Dina Buck

Dina Buck (United Organisation for Batwa Development in Uganda - UOBDU): Dina’s undergraduate degrees include a BA in Philosophy from the University of Colorado at Boulder, and a BS in Environmental Policy and Assessment from Huxley College of the Environment at Western Washington University. In 2010, Dina served as an AP Peace Fellow with the Kampala-based World Peasants/Indigenous Organization (WPIO), now called the East and Central Africa Association for Indigenous Rights (ECAAIR), which advocates for Batwa rights in Uganda and the Democratic Republic of Congo. At the time of her 2011 fellowship, Dina was studying for her Master’s degree in International Human Rights at the Josef Korbel School of International Studies at University of Denver, with concentrations in both sustainable development and international administration and law. After her fellowship Dina wrote: “This fellowship has helped me learn more about my capabilities and my handicaps. I also feel I understand better how to sustainably empower people, and work with them in a way that honors their dignity, intelligence, and capabilities.”


06 Jul

It’s supposedly the dry season, but we’ve been getting rain and colder overcast weather, as well as windy days, here in Kisoro. Today has been one of the nicest in the two weeks since we’ve been here. One doesn’t typically imagine being chilly on a regular basis in East Africa, but I’ve felt cold more days than not so far! I believe Kisoro’s elevation is around 6,000 feet above sea level, so that helps explain it. Overall, though, I must say I prefer this to hot muggy weather (Kampala right now).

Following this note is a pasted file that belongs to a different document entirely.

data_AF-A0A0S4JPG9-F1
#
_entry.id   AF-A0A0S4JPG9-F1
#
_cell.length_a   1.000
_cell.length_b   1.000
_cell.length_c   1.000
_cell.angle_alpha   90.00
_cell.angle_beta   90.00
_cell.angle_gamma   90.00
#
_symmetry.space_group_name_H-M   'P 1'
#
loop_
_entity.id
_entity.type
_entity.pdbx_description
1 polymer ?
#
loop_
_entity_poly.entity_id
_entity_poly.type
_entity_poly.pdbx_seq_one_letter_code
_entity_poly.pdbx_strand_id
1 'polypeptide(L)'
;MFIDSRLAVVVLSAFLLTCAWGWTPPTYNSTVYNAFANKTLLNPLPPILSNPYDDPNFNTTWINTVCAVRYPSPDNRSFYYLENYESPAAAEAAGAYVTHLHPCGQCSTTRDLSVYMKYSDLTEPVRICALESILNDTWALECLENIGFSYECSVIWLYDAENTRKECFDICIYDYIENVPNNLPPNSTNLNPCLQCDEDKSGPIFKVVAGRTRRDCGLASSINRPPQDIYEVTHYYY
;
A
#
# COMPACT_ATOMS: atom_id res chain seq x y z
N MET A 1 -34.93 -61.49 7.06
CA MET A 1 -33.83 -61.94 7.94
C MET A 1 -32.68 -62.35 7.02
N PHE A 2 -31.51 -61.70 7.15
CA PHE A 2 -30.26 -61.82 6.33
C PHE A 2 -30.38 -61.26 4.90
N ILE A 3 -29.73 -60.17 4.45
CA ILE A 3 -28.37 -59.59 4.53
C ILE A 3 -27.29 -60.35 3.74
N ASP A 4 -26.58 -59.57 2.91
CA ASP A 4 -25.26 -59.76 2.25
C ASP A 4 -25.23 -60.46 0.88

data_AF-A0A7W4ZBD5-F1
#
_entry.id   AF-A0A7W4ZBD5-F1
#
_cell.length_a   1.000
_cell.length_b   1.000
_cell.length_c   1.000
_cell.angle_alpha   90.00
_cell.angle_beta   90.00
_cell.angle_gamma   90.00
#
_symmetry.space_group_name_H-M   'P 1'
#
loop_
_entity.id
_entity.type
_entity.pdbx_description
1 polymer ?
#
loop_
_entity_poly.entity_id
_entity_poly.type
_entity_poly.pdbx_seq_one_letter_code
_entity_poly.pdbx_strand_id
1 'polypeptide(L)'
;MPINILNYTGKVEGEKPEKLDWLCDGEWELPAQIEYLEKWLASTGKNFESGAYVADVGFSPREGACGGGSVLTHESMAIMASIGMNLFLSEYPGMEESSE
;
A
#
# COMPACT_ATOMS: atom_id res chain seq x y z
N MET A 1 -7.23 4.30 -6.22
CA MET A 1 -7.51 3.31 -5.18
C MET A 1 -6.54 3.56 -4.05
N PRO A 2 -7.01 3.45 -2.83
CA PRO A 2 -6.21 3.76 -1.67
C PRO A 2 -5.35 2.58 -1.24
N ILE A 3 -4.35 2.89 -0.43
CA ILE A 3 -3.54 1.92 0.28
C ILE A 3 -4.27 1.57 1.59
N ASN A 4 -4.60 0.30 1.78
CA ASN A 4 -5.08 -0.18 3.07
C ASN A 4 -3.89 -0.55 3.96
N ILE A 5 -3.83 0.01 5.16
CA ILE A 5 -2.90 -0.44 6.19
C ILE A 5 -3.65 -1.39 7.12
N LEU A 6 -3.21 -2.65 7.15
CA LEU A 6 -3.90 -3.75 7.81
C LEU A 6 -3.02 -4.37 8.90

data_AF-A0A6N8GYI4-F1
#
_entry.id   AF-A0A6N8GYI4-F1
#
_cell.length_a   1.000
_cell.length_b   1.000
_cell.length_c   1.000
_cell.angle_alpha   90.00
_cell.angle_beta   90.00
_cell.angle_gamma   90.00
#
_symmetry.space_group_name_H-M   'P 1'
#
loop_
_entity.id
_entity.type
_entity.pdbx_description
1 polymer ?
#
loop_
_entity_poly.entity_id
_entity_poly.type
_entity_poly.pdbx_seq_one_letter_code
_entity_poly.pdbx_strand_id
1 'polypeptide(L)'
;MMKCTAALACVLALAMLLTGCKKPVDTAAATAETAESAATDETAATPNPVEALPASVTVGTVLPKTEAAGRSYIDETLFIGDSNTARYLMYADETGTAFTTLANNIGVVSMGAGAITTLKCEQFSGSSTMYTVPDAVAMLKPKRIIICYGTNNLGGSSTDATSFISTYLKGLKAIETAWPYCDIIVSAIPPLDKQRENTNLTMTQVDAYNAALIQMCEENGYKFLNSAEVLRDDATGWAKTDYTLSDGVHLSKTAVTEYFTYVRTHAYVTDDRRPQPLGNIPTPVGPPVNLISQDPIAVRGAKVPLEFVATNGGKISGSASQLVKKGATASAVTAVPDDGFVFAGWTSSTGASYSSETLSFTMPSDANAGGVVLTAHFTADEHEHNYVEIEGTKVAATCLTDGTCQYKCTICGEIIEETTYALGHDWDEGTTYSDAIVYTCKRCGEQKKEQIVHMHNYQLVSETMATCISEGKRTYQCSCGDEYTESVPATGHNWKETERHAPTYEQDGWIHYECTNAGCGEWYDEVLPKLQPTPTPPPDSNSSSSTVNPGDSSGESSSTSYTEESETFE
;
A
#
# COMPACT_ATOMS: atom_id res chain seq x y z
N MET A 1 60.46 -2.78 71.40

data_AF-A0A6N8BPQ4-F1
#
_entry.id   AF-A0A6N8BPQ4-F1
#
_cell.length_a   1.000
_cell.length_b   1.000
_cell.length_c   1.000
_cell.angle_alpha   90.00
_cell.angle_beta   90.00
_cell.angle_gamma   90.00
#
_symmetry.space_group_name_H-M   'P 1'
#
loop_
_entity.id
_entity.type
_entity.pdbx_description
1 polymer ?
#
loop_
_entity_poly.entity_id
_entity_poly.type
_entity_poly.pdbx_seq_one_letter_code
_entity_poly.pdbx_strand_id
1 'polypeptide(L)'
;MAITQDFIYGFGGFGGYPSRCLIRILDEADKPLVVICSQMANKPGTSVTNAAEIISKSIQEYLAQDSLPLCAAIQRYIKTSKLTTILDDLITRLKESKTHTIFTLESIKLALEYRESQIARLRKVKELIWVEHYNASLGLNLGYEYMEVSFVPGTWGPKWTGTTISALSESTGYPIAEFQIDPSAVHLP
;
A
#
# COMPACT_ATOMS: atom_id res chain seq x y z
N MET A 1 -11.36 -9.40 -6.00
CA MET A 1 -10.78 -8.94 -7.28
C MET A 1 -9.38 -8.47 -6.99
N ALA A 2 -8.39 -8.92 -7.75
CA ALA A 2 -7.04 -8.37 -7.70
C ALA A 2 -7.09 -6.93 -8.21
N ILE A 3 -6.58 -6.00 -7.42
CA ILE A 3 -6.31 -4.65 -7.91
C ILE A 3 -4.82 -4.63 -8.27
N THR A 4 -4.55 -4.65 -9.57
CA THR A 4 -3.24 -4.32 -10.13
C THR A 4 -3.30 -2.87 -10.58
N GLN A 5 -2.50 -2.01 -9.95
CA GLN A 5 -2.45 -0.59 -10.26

I’ve already noticed how lifestyle changes lead to different observations and feelings about things like the weather. For example, I’m regularly checking the sky in the mornings, to see if it’s a good day to do some washing. If it’s overcast, I feel a strange sense of disappointment that has only partially to do with the fact that the sun might not come out. It’s not a good day for laundry to dry!